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House Price Crash Forum


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Everything posted by red

  1. see my post above - prices holding and in some cases rising here, sadly...
  2. Similarly, all it takes is for one cash-rich fool to buy a place at asking price in a decent area to make all other vendors hold out for their absurd asking prices - or even up them, as they're doing around here (N London), where the madness continues unabated...
  3. Not so much a bounce here, just more of the same...sadly, that means prices holding firm and in some cases rising. Since IR cuts, hardly anything on the market, hence prices of decent stock back to pre-2008 crash levels. Just made offer on house for 65K more than I did back in 2008. Rejected outright as vendors has offers near asking...150K more than those properties were going for in 2008. That's a serious increase and what's worse, people are paying, encouraging other vendors in the area to hold firm on their prices - or in some cases, up them. Fecking depressing.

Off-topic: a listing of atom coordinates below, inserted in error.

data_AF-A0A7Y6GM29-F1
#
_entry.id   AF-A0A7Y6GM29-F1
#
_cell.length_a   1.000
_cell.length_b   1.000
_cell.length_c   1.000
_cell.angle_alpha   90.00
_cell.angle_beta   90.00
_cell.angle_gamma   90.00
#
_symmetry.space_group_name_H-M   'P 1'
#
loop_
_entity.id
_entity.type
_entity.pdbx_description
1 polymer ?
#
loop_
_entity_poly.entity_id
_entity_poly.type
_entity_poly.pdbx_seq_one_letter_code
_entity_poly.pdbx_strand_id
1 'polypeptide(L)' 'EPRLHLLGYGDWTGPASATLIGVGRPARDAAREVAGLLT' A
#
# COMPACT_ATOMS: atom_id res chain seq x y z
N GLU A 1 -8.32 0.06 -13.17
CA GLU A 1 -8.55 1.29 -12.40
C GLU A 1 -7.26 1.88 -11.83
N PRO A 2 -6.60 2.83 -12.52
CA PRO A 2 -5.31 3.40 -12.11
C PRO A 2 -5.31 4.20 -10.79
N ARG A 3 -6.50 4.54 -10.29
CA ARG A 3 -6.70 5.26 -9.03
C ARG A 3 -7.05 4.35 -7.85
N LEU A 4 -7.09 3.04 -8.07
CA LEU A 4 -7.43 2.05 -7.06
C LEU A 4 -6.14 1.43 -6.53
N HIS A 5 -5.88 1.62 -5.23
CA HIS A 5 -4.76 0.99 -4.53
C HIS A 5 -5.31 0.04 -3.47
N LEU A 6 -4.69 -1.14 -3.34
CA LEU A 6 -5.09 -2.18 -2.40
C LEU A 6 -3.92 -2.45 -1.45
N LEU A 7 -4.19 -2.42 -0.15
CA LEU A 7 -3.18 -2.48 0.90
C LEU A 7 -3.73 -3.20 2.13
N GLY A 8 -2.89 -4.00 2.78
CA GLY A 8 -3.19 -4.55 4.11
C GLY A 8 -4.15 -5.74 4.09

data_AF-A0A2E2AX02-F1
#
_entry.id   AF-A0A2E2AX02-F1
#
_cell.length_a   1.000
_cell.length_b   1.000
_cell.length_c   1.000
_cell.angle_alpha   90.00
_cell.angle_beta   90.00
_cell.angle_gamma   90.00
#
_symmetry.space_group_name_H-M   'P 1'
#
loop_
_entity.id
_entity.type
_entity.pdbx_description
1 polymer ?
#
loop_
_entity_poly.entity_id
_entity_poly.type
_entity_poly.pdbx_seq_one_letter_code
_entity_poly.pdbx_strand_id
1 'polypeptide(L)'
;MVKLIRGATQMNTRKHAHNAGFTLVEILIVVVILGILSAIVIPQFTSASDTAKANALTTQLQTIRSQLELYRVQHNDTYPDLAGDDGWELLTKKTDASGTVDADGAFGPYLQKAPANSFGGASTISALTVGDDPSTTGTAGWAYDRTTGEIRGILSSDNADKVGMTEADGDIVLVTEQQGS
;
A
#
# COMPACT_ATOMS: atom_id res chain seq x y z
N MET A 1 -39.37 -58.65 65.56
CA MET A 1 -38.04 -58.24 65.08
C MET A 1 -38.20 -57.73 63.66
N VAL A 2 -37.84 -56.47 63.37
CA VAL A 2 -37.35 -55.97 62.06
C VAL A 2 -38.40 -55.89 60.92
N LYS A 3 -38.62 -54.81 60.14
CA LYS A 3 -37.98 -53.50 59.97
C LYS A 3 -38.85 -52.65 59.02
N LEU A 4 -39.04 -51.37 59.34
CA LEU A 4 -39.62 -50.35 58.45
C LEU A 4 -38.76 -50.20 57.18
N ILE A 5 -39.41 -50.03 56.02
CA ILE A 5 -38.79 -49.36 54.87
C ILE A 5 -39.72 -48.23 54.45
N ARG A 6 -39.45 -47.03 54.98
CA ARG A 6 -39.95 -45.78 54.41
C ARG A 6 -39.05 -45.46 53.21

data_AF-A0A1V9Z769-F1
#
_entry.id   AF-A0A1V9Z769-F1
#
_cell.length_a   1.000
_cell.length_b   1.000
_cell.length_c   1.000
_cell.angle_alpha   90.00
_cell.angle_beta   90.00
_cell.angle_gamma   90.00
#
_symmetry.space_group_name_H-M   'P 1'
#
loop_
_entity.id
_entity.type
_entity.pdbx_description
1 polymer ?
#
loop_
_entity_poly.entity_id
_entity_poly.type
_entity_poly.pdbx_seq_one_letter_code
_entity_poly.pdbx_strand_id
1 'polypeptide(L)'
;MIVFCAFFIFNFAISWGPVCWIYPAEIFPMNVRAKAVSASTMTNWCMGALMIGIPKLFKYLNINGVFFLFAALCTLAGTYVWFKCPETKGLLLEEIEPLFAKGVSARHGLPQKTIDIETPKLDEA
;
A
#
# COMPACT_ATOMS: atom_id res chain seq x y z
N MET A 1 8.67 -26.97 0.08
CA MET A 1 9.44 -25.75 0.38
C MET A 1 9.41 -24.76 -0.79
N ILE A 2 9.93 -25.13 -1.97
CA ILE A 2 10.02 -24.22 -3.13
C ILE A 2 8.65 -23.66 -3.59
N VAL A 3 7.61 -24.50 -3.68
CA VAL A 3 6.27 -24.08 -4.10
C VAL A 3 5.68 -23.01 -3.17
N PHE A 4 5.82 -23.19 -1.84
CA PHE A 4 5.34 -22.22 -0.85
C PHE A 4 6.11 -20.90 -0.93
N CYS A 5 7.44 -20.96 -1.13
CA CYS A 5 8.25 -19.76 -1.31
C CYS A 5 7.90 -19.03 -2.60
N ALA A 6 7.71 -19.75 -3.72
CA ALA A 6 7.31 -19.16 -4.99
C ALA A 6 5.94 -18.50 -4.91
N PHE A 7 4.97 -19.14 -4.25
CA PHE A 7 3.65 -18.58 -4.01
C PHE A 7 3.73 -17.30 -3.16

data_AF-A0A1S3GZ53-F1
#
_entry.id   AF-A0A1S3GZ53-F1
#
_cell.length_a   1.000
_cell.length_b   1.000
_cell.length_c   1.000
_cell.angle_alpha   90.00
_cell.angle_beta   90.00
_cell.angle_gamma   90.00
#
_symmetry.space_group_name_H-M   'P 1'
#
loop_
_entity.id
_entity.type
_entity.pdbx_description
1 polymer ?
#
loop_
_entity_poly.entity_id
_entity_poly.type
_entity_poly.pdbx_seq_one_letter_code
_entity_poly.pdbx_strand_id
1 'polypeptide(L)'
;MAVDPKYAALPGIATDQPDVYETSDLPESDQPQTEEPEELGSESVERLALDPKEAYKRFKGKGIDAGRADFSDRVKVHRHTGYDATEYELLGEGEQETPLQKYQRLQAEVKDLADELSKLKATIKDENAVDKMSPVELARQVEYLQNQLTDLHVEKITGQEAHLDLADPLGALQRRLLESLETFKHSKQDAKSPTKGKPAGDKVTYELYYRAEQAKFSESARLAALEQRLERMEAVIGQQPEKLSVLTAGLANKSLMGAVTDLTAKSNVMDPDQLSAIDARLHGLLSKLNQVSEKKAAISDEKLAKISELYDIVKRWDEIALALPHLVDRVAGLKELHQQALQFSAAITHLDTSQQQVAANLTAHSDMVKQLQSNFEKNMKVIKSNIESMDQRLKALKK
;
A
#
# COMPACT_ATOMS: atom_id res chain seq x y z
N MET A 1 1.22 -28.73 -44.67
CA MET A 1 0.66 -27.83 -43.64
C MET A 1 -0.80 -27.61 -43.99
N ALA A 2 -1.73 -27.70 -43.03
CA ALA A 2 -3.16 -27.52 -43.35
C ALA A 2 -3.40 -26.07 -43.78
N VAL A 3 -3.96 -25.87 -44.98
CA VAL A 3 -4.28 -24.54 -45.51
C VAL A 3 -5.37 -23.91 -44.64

4. Had this discussion with a friend recently - if / when rates rise substantially, will banks raise their lending rates with the same margins they operate at now? Can we really expect to see, with base rates at 5%, the average (80% LTV) mortgage going for 8-9%? I don't know of any tracker at the moment less than 2.3% above base, and that's with a 40% deposit. Most seem to operate at around 4% above base. This would obviously mean carnage for the market - well before rates got to 5%, too... Your thoughts?
  5. Hmm. Hard to predict given the complex means by which they calculate the monthly figures.
  6. Exactly what I'm seeing around here - one sale goes through on a particular road then the rest in the area jack their prices up in the hope of matching it.
  7. Oh, RB... with all due respect to where you live - and I'm glad you got such a huge discount - prices are most certainly not tumbling in my part of the 'sarf'... And the EAs aren't having to work hard to see any decent property go straight under offer for near asking (around peak 2008 prices). IR rises, please.
  8. The point is, why should I have to ring them?! They are acting as agents in a sale transaction of a serious amount of money and they can't be bothered to keep all interested parties in the loop. It's a fecking disgrace.